Archaeology is a fascinating science. Advances in technology, such as carbon dating, have made this field all the more engrossing because remains can be more accurately dated. What’s more, these newer technologies can be used to reevaluate past discoveries.
In San Bernardino Cave in Italy, archaeologists had found a finger and two teeth in a rock. This finding occurred back in the 1980s and at first they believed these parts belonged to a Neanderthal. They’d thought this because the rock it was found in dated to Neanderthal times, roughly 28,000 to 59,000 years ago.
As physical anthropologist Stefano Benazzi pointed out, however, a time period is not enough for a definitive identification. The bones and teeth themselves had to be studied. Researchers had of course analyzed the remains, but were limited by the technology of the era.
Benazzi spearheaded the reanalysis. He and his team used micro-computed tomography (MCT) to view the shape of the tooth (a molar). MCT then creates virtual 3D model of the tooth. They also sampled for mitochondrial DNA, which is inherited through the maternal line. They carbon dated it and then lastly examined molecular traces in the tooth to deduce the person’s diet.
The results: the tooth belonged to a homo sapien, not a Neanderthal. Also, the human it belonged to was not an early human, but an Italian from the Middle Ages. The rock layer, which was dated to Neanderthal times, probably came to hold the remains because a rock wall was built at some time. This disturbed the naturally occurring rock layer.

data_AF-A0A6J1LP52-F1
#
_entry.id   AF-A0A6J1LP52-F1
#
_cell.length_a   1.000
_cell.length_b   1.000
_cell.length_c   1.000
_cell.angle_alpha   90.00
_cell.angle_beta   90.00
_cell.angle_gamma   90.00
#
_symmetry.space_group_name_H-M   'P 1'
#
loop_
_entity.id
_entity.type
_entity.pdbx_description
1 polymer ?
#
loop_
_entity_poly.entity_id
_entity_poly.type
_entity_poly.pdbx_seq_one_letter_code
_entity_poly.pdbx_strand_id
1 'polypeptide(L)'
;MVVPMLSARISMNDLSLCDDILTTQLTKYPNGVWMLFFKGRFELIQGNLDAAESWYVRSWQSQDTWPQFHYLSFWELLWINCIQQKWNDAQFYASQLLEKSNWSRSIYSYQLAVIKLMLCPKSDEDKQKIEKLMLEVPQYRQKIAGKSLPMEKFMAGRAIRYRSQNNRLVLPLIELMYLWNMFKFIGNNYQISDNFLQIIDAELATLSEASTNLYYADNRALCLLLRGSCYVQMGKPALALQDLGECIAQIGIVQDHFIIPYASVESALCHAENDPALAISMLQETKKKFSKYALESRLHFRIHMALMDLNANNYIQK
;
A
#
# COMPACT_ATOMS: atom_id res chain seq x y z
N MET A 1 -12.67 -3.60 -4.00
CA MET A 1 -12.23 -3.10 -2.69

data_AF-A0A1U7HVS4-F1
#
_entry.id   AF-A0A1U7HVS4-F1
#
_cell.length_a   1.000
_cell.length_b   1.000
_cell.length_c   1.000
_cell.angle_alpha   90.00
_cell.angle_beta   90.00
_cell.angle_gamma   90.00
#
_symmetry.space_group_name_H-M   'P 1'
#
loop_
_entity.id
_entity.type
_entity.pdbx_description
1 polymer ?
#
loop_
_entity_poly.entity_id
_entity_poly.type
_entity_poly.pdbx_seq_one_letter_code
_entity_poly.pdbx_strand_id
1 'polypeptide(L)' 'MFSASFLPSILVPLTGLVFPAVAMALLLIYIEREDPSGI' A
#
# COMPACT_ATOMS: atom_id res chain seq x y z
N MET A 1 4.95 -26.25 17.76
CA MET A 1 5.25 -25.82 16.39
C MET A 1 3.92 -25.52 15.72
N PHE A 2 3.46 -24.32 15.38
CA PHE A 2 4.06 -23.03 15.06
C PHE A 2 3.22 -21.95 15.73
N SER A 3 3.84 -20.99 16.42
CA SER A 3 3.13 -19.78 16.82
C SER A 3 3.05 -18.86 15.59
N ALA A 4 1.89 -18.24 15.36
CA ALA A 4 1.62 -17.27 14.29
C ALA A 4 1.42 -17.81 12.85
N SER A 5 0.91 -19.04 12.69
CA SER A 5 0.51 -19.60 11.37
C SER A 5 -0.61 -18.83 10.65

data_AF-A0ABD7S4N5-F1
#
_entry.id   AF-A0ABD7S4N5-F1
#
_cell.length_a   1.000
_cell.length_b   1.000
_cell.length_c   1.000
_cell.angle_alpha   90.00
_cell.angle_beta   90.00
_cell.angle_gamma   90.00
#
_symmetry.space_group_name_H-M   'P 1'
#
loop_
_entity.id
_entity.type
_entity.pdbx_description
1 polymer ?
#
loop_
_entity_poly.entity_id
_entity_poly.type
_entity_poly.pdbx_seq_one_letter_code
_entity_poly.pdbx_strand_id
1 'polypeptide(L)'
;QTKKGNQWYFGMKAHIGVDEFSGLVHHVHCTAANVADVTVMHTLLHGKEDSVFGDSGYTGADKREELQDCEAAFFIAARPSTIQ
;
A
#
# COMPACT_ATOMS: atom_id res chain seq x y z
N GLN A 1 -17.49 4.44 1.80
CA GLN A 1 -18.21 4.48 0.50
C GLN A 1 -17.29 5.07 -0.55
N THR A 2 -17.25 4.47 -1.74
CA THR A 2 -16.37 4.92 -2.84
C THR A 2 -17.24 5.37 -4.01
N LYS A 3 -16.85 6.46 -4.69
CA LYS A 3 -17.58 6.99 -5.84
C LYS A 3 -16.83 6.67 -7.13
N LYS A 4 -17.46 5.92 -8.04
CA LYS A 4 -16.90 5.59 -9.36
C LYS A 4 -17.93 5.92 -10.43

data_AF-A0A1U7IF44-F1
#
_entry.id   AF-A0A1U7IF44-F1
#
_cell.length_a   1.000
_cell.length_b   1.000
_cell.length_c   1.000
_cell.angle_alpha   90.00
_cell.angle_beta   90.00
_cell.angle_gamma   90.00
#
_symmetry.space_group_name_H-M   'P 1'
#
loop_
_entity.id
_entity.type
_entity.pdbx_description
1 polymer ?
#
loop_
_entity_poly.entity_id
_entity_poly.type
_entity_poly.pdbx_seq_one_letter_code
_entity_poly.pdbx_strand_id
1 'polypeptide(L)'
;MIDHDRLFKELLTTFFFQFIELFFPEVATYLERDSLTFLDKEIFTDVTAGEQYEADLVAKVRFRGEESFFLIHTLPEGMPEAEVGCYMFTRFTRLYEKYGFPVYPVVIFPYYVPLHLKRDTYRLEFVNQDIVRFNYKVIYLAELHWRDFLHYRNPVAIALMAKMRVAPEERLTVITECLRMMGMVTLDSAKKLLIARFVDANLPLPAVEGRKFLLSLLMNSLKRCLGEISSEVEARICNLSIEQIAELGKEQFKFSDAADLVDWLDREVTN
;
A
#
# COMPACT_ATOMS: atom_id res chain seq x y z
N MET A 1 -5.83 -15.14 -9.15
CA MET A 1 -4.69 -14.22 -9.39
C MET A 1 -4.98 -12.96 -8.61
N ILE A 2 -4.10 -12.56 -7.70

Benazzi had multiple sources of evidence for this conclusion:
- The tooth’s shape was a bit ambiguous, but suggestive of a Homo sapiens‘ tooth.
- The DNA looked far more human than Neanderthal (remember Neanderthals aren’t humans, but relatives).
- The diet analysis revealed that the ratio of plants and meat was consistent with the diet of a medieval Italian. Notably the diet contained millet, which wasn’t introduced to Italy until 5,000 years ago or later.
- Finally, the radiocarbon dating really confirmed it didn’t belong to a Neanderthal. The tooth was dated to between 1420 and 1480.
Despite not being a Neanderthal, the discovery and the site are still of great interest. The cave has had a long and sometimes dark history. In the 15th century it served as a hermitage. The Catholic saint Bernardino of Siena may have lived there for a period of time.
A darker episode in its history occurred during the War of the League of Cambrai. Mercenary soldiers massacred the local people at the cave. Many of these locals had fled to the cave to escape the marauding soldiers, only to end up asphyxiating when pressed too deeply into the cave.
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